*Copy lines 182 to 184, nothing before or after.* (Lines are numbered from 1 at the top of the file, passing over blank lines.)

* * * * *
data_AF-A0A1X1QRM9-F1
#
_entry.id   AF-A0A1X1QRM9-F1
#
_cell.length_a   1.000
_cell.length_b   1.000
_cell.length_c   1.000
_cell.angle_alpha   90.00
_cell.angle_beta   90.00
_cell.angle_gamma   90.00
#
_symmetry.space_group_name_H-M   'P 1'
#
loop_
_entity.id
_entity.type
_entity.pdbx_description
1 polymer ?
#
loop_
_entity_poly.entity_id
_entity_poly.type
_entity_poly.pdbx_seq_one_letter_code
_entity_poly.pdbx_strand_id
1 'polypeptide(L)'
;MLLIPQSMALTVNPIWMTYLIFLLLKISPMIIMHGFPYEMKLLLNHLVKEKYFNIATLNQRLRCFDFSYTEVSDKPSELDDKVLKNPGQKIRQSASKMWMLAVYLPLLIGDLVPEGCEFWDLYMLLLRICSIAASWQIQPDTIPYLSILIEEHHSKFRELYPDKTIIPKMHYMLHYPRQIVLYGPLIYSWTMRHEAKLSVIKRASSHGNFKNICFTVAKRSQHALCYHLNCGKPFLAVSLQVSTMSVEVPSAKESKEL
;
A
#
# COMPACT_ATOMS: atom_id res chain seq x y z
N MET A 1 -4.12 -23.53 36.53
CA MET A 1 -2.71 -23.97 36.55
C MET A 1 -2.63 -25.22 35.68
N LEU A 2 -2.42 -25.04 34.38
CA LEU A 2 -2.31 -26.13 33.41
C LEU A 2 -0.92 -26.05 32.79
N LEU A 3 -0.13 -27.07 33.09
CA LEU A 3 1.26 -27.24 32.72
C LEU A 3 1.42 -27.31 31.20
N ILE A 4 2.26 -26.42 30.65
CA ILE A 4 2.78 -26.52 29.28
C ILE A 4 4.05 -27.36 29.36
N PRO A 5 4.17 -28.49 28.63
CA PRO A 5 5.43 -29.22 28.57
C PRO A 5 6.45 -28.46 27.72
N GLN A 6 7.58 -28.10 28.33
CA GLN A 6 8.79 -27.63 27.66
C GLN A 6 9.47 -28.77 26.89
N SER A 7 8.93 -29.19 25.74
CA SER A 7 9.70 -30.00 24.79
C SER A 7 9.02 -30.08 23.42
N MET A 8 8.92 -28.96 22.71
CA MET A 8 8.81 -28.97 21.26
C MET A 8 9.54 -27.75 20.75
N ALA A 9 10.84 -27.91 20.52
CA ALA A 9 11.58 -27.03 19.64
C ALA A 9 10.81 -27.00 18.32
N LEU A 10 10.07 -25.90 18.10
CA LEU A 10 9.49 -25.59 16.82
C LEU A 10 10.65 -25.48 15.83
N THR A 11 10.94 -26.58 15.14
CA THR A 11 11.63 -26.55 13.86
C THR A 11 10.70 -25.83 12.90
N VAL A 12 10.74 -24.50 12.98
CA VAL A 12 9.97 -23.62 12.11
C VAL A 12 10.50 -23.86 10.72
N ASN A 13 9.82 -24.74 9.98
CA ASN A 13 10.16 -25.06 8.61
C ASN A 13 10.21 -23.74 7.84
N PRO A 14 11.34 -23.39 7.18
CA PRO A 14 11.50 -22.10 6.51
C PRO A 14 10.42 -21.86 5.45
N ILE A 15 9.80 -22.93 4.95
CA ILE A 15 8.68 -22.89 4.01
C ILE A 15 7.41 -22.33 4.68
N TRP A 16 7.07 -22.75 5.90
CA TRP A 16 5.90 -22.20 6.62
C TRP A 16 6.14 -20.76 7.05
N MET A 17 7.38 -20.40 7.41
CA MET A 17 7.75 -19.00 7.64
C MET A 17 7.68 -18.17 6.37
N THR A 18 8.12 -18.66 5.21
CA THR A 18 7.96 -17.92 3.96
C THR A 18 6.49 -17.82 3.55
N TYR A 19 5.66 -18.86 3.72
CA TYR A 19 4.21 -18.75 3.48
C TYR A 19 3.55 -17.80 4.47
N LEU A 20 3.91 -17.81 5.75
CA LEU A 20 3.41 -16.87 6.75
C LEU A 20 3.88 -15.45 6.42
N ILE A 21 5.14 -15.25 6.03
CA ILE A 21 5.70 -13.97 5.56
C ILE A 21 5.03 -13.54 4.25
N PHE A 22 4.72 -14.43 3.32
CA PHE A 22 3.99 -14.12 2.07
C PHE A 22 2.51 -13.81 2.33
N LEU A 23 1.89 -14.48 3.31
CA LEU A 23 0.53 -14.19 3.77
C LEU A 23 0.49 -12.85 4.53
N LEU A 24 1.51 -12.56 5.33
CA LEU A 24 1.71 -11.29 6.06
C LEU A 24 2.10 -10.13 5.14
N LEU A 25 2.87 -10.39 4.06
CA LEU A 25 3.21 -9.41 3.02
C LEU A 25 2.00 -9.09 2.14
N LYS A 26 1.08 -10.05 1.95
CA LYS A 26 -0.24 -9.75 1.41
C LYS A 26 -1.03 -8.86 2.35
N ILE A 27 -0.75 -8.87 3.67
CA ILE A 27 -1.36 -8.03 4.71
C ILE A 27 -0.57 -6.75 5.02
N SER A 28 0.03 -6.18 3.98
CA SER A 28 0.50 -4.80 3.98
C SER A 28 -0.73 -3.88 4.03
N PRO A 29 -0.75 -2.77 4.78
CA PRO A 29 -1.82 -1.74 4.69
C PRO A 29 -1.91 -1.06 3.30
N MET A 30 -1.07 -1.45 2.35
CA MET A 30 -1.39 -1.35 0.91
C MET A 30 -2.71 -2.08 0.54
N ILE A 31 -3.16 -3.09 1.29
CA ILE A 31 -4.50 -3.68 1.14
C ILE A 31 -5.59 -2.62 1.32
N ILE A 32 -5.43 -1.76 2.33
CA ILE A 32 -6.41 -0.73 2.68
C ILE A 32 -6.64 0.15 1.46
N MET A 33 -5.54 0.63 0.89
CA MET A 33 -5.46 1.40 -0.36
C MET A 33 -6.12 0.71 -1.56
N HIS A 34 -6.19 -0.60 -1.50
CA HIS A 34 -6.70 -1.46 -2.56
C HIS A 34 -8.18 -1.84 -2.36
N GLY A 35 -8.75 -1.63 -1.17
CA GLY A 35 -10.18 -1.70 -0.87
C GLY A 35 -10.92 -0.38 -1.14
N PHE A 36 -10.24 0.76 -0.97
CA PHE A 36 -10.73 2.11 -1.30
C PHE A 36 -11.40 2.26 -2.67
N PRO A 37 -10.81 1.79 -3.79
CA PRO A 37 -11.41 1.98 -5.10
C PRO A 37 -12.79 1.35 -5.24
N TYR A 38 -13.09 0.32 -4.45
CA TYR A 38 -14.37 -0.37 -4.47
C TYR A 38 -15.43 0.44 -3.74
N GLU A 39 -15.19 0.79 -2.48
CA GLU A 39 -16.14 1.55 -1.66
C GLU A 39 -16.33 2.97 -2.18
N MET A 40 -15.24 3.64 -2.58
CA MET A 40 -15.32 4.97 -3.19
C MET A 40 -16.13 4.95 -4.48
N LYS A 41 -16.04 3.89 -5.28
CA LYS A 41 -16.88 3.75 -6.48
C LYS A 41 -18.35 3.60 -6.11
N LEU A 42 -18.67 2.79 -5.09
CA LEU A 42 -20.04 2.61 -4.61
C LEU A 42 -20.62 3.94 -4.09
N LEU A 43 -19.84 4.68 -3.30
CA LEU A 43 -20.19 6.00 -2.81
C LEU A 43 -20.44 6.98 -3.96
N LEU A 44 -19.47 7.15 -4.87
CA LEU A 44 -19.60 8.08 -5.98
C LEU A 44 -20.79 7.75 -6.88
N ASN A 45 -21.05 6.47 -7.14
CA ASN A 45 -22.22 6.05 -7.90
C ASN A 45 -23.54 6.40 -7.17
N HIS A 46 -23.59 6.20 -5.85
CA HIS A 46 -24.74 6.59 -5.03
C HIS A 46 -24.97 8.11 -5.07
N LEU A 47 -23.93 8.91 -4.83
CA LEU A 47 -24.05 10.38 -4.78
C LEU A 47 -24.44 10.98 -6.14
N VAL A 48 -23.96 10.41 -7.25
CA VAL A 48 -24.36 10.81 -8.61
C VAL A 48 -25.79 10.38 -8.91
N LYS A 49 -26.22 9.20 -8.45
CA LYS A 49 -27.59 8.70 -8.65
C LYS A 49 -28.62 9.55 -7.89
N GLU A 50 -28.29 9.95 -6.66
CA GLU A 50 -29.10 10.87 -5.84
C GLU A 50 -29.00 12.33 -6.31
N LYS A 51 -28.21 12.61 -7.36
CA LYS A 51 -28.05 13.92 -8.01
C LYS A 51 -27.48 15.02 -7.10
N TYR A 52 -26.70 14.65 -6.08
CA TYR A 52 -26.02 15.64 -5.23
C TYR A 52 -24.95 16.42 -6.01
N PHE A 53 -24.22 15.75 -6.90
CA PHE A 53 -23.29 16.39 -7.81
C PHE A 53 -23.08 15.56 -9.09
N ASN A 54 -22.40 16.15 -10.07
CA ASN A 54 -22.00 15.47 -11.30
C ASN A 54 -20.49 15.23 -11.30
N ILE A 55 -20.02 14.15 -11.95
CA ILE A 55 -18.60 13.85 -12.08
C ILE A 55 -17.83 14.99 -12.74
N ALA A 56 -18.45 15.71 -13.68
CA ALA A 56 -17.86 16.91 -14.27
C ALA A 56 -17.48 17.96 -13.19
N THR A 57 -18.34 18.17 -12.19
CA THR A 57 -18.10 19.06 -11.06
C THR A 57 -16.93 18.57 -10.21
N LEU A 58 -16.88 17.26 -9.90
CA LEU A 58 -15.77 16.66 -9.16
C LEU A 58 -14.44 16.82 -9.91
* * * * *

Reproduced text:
CA LYS A 51 -28.05 13.92 -8.01
C LYS A 51 -27.48 15.02 -7.10
N TYR A 52 -26.70 14.65 -6.08